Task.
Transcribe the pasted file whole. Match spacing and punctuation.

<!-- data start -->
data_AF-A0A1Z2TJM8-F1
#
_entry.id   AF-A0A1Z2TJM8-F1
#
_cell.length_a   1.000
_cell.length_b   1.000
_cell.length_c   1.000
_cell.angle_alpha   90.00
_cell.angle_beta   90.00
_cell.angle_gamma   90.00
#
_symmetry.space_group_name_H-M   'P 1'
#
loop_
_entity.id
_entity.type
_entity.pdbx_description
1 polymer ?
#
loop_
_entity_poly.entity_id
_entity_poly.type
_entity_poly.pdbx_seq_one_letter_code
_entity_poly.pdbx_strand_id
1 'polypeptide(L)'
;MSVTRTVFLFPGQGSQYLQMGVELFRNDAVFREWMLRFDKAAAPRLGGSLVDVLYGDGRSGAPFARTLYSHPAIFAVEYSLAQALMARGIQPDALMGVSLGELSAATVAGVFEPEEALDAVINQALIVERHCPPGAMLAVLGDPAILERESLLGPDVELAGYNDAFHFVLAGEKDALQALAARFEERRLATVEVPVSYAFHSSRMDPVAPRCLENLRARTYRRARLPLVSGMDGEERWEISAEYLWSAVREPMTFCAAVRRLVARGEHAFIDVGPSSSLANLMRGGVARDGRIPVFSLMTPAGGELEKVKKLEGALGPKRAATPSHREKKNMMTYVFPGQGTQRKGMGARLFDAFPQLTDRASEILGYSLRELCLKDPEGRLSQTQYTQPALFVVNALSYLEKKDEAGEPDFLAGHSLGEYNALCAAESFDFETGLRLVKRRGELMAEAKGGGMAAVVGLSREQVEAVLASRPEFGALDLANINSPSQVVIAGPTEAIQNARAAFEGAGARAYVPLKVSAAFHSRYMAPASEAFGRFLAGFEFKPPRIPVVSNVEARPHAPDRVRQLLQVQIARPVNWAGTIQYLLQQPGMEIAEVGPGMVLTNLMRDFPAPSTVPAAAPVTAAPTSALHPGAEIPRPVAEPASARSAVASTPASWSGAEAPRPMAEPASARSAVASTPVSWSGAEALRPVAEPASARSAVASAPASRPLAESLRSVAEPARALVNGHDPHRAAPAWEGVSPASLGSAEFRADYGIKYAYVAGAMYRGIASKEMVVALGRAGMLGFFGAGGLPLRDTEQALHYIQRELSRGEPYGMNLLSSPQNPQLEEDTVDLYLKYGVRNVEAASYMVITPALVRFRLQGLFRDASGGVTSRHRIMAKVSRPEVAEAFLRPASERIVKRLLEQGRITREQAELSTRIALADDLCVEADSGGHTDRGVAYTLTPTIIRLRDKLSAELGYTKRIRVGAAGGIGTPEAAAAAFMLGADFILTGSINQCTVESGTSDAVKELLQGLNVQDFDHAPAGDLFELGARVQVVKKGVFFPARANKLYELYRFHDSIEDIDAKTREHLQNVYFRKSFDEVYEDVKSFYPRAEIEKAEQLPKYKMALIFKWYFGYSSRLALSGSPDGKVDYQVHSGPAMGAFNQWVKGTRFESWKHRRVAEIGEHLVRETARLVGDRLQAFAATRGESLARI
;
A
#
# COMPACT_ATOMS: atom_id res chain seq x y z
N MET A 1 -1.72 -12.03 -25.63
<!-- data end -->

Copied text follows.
data_AF-A0A1Z2TJM8-F1
#
_entry.id   AF-A0A1Z2TJM8-F1
#
_cell.length_a   1.000
_cell.length_b   1.000
_cell.length_c   1.000
_cell.angle_alpha   90.00
_cell.angle_beta   90.00
_cell.angle_gamma   90.00
#
_symmetry.space_group_name_H-M   'P 1'
#
loop_
_entity.id
_entity.type
_entity.pdbx_description
1 polymer ?
#
loop_
_entity_poly.entity_id
_entity_poly.type
_entity_poly.pdbx_seq_one_letter_code
_entity_poly.pdbx_strand_id
1 'polypeptide(L)'
;MSVTRTVFLFPGQGSQYLQMGVELFRNDAVFREWMLRFDKAAAPRLGGSLVDVLYGDGRSGAPFARTLYSHPAIFAVEYSLAQALMARGIQPDALMGVSLGELSAATVAGVFEPEEALDAVINQALIVERHCPPGAMLAVLGDPAILERESLLGPDVELAGYNDAFHFVLAGEKDALQALAARFEERRLATVEVPVSYAFHSSRMDPVAPRCLENLRARTYRRARLPLVSGMDGEERWEISAEYLWSAVREPMTFCAAVRRLVARGEHAFIDVGPSSSLANLMRGGVARDGRIPVFSLMTPAGGELEKVKKLEGALGPKRAATPSHREKKNMMTYVFPGQGTQRKGMGARLFDAFPQLTDRASEILGYSLRELCLKDPEGRLSQTQYTQPALFVVNALSYLEKKDEAGEPDFLAGHSLGEYNALCAAESFDFETGLRLVKRRGELMAEAKGGGMAAVVGLSREQVEAVLASRPEFGALDLANINSPSQVVIAGPTEAIQNARAAFEGAGARAYVPLKVSAAFHSRYMAPASEAFGRFLAGFEFKPPRIPVVSNVEARPHAPDRVRQLLQVQIARPVNWAGTIQYLLQQPGMEIAEVGPGMVLTNLMRDFPAPSTVPAAAPVTAAPTSALHPGAEIPRPVAEPASARSAVASTPASWSGAEAPRPMAEPASARSAVASTPVSWSGAEALRPVAEPASARSAVASAPASRPLAESLRSVAEPARALVNGHDPHRAAPAWEGVSPASLGSAEFRADYGIKYAYVAGAMYRGIASKEMVVALGRAGMLGFFGAGGLPLRDTEQALHYIQRELSRGEPYGMNLLSSPQNPQLEEDTVDLYLKYGVRNVEAASYMVITPALVRFRLQGLFRDASGGVTSRHRIMAKVSRPEVAEAFLRPASERIVKRLLEQGRITREQAELSTRIALADDLCVEADSGGHTDRGVAYTLTPTIIRLRDKLSAELGYTKRIRVGAAGGIGTPEAAAAAFMLGADFILTGSINQCTVESGTSDAVKELLQGLNVQDFDHAPAGDLFELGARVQVVKKGVFFPARANKLYELYRFHDSIEDIDAKTREHLQNVYFRKSFDEVYEDVKSFYPRAEIEKAEQLPKYKMALIFKWYFGYSSRLALSGSPDGKVDYQVHSGPAMGAFNQWVKGTRFESWKHRRVAEIGEHLVRETARLVGDRLQAFAATRGESLARI
;
A
#
# COMPACT_ATOMS: atom_id res chain seq x y z
N MET A 1 -1.72 -12.03 -25.63